Can You ‘Catch’ Depression Like the Flu?
It’s not unusual to feel negative after being in close proximity to someone who has expressed anger, resentment, displeasure and so forth, even if it’s not directed towards you. However, could it mean that these emotions can be contagious? A simple answer does not exist.
According to this report, about half the people you know would experience loneliness at some point in their life. Additionally, in March 2018, the World Health Organization concluded that there are 300 million people, across different age groups, that struggle with depression. This also means that at some point in your life, you are highly likely to be in contact with someone dealing with loneliness, depression or other linked disorders.
The Psychology Today report further points out that depression, known as the “common cold” of mental illnesses, is more likely to occur in people with a negative outlook towards life. To ascertain the link between a person’s mental health and a cynical, pessimistic approach to life of those around them, a study was conducted among college students which showed that after three months of contact with a roommate, a person was more likely to develop the same negative perspective themselves. This, in turn, left them more vulnerable and exposed to depression.
However can this also mean that by being around a depressed person, you can get depressed?
Can One Really ‘Catch’ Depression?
Dr Samir Parikh, Director and Head of Department, Department of Mental Health and Behavioural Sciences, Fortis Healthcare, begins by disagreeing with the above proposition in no equivocal terms.
Dr Soumiya Mudgal, Consultant Psychiatrist, Max Multi Speciality Centre, Panchsheel Park, agrees with Dr Parikh when she says:
Mental Illness and List of Myths
When it comes to mental health, myths are galore.
The causes of mental illnesses are several. For ease, Dr Parikh lists them down in the following manner:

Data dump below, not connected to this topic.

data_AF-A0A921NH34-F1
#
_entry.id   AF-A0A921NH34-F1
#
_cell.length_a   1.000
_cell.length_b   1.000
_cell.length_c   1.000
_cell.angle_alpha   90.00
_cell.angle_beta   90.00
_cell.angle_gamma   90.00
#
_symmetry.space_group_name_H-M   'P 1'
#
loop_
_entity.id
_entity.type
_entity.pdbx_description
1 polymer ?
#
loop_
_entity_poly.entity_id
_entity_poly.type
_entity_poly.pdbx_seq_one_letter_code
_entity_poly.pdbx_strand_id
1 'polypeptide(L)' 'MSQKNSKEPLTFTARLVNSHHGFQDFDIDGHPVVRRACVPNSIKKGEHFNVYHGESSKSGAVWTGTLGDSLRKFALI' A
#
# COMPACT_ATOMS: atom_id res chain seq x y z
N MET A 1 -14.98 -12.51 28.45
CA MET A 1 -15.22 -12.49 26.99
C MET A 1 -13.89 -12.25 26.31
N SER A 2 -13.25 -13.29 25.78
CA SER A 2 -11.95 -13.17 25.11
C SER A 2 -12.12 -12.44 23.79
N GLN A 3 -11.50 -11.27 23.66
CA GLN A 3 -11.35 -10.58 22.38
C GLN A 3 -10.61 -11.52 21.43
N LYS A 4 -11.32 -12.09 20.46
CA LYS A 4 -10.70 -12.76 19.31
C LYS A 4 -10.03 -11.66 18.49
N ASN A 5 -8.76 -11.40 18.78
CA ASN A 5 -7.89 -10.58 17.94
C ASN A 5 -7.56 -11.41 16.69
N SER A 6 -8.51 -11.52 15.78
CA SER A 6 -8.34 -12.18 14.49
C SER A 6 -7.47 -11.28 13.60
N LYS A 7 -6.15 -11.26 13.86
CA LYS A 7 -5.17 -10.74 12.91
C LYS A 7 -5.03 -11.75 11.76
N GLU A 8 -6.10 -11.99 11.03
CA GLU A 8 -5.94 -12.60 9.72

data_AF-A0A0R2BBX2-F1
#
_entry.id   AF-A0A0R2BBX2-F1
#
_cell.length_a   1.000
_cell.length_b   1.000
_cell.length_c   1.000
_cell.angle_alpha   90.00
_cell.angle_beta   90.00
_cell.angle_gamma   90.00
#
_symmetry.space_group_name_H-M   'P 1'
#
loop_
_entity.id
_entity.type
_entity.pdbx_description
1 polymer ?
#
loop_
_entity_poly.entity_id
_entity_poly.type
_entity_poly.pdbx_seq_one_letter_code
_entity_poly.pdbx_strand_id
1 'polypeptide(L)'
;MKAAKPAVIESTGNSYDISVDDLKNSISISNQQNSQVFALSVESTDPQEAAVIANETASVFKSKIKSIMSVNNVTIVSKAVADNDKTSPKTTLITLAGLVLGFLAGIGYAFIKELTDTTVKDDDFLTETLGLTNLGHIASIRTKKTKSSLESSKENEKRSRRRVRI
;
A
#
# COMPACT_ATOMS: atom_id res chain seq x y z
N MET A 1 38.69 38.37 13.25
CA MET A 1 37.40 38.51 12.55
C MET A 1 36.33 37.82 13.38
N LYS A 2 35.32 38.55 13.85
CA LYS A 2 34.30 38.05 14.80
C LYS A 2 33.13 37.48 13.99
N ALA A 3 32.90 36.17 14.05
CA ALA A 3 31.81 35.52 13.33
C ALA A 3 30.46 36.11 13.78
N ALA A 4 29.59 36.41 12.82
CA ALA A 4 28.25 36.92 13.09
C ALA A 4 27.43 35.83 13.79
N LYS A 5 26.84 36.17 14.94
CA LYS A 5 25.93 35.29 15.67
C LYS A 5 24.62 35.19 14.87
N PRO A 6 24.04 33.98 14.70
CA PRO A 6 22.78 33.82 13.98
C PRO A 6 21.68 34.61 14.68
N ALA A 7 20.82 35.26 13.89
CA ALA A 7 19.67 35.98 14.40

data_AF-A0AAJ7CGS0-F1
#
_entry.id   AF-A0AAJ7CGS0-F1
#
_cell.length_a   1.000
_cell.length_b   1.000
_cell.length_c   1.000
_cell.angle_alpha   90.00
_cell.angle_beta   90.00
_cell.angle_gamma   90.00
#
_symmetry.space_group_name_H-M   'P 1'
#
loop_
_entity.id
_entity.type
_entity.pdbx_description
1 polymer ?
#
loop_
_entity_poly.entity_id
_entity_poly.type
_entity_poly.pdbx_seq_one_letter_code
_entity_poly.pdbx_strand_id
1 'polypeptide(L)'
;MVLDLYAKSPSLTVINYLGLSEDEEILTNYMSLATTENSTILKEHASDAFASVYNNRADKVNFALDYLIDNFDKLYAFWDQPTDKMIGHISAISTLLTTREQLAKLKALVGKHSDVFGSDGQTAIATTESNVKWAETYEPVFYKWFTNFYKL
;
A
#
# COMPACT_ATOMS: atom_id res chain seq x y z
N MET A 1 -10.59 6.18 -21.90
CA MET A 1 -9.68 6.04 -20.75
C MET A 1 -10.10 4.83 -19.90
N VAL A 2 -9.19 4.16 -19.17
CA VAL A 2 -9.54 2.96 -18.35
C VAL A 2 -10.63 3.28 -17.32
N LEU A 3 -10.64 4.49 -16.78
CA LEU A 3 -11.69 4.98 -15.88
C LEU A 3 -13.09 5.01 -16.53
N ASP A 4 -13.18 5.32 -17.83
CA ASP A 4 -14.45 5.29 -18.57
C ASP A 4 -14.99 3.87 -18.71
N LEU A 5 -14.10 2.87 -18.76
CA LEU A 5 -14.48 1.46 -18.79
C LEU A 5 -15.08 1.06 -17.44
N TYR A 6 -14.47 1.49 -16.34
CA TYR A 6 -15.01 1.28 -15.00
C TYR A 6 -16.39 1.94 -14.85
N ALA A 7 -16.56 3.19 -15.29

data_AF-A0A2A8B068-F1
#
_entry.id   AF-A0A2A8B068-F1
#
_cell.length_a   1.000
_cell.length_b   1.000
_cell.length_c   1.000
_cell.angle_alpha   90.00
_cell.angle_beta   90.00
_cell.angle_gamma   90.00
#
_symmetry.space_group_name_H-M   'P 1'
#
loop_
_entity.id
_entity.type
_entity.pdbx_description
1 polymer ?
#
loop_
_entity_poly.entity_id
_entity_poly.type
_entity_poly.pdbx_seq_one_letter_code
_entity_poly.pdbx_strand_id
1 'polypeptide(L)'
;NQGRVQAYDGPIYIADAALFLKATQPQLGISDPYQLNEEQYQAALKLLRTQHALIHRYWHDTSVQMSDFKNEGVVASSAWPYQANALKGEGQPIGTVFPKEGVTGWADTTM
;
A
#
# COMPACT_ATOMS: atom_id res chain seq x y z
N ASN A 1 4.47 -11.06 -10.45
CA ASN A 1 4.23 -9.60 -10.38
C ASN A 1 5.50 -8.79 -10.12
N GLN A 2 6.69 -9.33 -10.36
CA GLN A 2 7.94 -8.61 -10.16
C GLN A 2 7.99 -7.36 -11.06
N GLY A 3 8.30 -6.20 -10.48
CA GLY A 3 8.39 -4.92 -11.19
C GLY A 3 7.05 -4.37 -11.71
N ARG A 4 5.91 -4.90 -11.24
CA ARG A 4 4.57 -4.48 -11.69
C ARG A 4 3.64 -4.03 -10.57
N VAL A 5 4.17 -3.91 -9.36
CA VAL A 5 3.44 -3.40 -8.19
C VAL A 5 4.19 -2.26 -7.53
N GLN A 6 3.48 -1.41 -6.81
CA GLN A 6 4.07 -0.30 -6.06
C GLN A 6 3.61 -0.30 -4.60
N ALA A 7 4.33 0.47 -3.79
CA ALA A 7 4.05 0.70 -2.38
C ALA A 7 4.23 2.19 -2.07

- Bio-psycho-social factors
- Biological factors (genetics, neurotransmitters, chemical changes)
- Psychological factors (personality traits) and social factors (environment, social network, relationships)
Consequently, it is not possible to blame a single factor in the causation of a mental illness, the doctor points out. On the contrary, he adds, there is an interaction of multiple variables at play, which together contribute towards the development of any mental illness.
The biological component could include the role of genetic factors, neurotransmitter or other physiological causes. The psychological component of this model could include cognitive, emotional, as well as other stressor-associated factors, further coupling with psychosocial and environmental factors like the social support systems available, to together lead to mental illnesses.Dr Samir Parikh
The Role of Genes
The genetic factors that Dr Parikh talks about are also what Dr Mudgal refers to.
However, this in no way means that the family members ‘caught’ depression from each other.
But Can We Be Affected by Others’ Emotions?
The answer to this is indeed a simple one - yes. While you may not “catch” depression, you might pick up other negative moods from people.
Yes, one can get affected by other people’s emotions. If a person associates/identifies with a particular event or situation in someone else’s life, they can feel similar emotions, but it’s usually a short-lived phenomenon. An emotion is a complex state with psychic, somatic/bodily and behavioural components. A mental illness, on the other hand, is primarily characterised by behavioural or psychological impairment of function. This impairment is a deviation from the normal and is associated with disease or distress, and not simply an expected response to a particular event.Dr Soumiya Mudgal
Dr Mudgal reiterates that if a group of people or family is under a stressful situation for a long period of time, some of them may develop anxiety or depression, but that is not equivalent to “catching” it from one another.
The bottom line is, while a gloomy day might sometimes become gloomier if you happen to be around someone in a blue mood, it does not mean it will affect your mental health in a lasting way. Myths like a depressed or anxious person will also make you depressed or anxious is one of the many that experts are trying to bust as part of the conversation on mental health. Next time it makes you apprehensive about reaching out to a loved one who might be living with a mental disorder, this is a concern that can easily be snuffed.